For Immediate Release: September 29, 2009
Contact: Deborah J. Danuser
Jones Public Affairs
Melanoma Research Foundation Announces
Commitment to International Melanoma Congress
HILLSBOROUGH, N.J.—The Melanoma Research Foundation (MRF) announced today its continued sponsorship of the Society for Melanoma Research’s (SMR) International Melanoma Congress. The annual medical meeting brings together world-renowned melanoma researchers and clinicians to discuss the latest research into this deadly form of skin cancer and explore ways these findings can be translate into effective treatments. The Sixth International Melanoma Congress will be held on November 1–4 in Boston.
“Our core mission is to support the research that will unlock the mysteries of this disease and lead us to a cure,” said Tim Turnham, executive director of the MRF. “We are proud to continue our partnership with the Society for Melanoma Research and its members to further the progress being made against the fastest growing cancer in the United States and worldwide.”
Each year, the MRF provides emerging and established scientific investigators with highly sought-after grants to explore new avenues in melanoma biology and treatments. In addition, the MRF provides grants for other needs in the scientific community, such as medical meetings.
In its early stages, melanoma can be successfully removed and monitored by regular skin screenings. However, the disease is deadly in its most advanced stages as few treatment options exist. The median life expectancy for patients with advanced melanoma is less than one year and existing therapies have not improved survival in more than a decade.
Approximately seven years ago, the research community began to better understand the underlying genetic malfunctions that occur in cells, causing melanoma. Today, researchers are correlating those discoveries to therapies that may have a meaningful impact on the survival of patients. The MRF believes the research community is poised to make unprecedented strides in the understanding, prevention and treatment of melanoma, but more research is needed to understand the unique biology of the many different types of melanoma.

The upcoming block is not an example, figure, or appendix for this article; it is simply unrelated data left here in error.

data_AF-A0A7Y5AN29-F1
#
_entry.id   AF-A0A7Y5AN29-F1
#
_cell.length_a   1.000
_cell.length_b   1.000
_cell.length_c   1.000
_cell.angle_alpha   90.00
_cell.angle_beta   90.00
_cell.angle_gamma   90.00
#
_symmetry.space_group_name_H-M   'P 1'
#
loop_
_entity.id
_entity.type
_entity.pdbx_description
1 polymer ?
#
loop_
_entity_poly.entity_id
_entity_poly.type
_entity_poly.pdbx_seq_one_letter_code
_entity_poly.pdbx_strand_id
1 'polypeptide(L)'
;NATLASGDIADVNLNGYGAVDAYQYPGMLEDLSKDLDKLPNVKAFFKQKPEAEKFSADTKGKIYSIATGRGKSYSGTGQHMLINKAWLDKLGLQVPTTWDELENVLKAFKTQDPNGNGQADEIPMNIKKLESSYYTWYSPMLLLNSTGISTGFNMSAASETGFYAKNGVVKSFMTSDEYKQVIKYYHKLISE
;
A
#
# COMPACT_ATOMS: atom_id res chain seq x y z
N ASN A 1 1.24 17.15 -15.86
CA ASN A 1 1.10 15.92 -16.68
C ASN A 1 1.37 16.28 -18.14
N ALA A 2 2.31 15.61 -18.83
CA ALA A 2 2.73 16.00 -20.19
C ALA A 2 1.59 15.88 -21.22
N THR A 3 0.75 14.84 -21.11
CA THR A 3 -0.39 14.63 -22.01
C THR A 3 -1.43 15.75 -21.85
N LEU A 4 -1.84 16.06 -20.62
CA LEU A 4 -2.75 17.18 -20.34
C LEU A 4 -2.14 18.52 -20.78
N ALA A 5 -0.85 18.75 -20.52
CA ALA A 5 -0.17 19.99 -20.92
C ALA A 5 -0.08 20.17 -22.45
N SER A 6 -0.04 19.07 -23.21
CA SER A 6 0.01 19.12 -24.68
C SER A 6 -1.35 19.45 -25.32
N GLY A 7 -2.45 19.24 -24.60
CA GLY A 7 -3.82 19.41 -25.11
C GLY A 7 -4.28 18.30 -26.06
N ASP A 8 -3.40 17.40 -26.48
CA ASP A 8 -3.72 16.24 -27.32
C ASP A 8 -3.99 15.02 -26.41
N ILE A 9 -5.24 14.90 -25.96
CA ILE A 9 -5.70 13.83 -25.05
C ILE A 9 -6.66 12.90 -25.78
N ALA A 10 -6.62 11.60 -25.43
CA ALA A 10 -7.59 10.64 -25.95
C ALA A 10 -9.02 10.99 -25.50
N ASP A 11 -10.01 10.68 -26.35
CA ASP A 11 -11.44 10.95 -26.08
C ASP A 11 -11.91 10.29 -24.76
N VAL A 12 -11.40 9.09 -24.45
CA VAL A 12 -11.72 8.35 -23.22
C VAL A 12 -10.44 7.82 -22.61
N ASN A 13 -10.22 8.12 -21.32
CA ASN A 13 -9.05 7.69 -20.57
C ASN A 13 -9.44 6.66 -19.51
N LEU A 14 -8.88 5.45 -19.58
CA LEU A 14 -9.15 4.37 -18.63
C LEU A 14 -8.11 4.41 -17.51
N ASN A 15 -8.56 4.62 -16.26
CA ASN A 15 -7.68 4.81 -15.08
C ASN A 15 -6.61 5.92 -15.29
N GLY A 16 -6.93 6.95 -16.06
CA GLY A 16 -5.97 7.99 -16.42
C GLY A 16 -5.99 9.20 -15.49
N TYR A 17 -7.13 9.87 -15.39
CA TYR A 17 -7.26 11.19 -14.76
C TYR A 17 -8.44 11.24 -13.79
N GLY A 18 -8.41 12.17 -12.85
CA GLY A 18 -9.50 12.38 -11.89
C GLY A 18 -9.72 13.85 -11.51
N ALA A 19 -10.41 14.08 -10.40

Fewer scientists are conducting research into melanoma, in part due to the fact melanoma research is woefully underfunded. The MRF is working to bridge the gap to ensure patients of tomorrow have the help and hope they deserve.
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Melanoma, the most serious type of skin cancer, is one of the fastest growing cancers in the United States and can strike men and women of all ages, all races and skin types. In fact, with a one in 50 lifetime risk of developing melanoma, nearly 69,000 Americans are expected to be diagnosed with the disease in 2009, resulting in 8,650 deaths or one person every hour. Melanoma is the most common form of cancer for young adults 25- to 29-years-old and the second most common cancer in adolescents and young adults 15- to 29-years-old.
About the Society for Melanoma Research
The Society for Melanoma Research (SMR) is an all-volunteer group of scientists working to find the mechanisms responsible for melanoma and, consequently, new therapies for this cancer. SMR contributes to advances in melanoma research by bringing together researchers to unite the scientific community and hasten the discovery of preventative and curative therapies. More information about SMR is available at www.societymelanomaresearch.org and additional information about the meeting can be found at www.melanomacongress09.com.
About Melanoma Research Foundation
The Melanoma Research Foundation (MRF) is the largest independent, national organization devoted to melanoma in the United States. Committed to the support of medical research in finding effective treatments and eventually a cure for melanoma, the MRF also educates patients and physicians about prevention, diagnosis and the treatment of melanoma. The MRF is an active advocate for the melanoma community, helping to raise awareness of this disease and the need for a cure. The MRF’s Web site is the premier source for melanoma information seekers. More information is available at www.melanoma.org.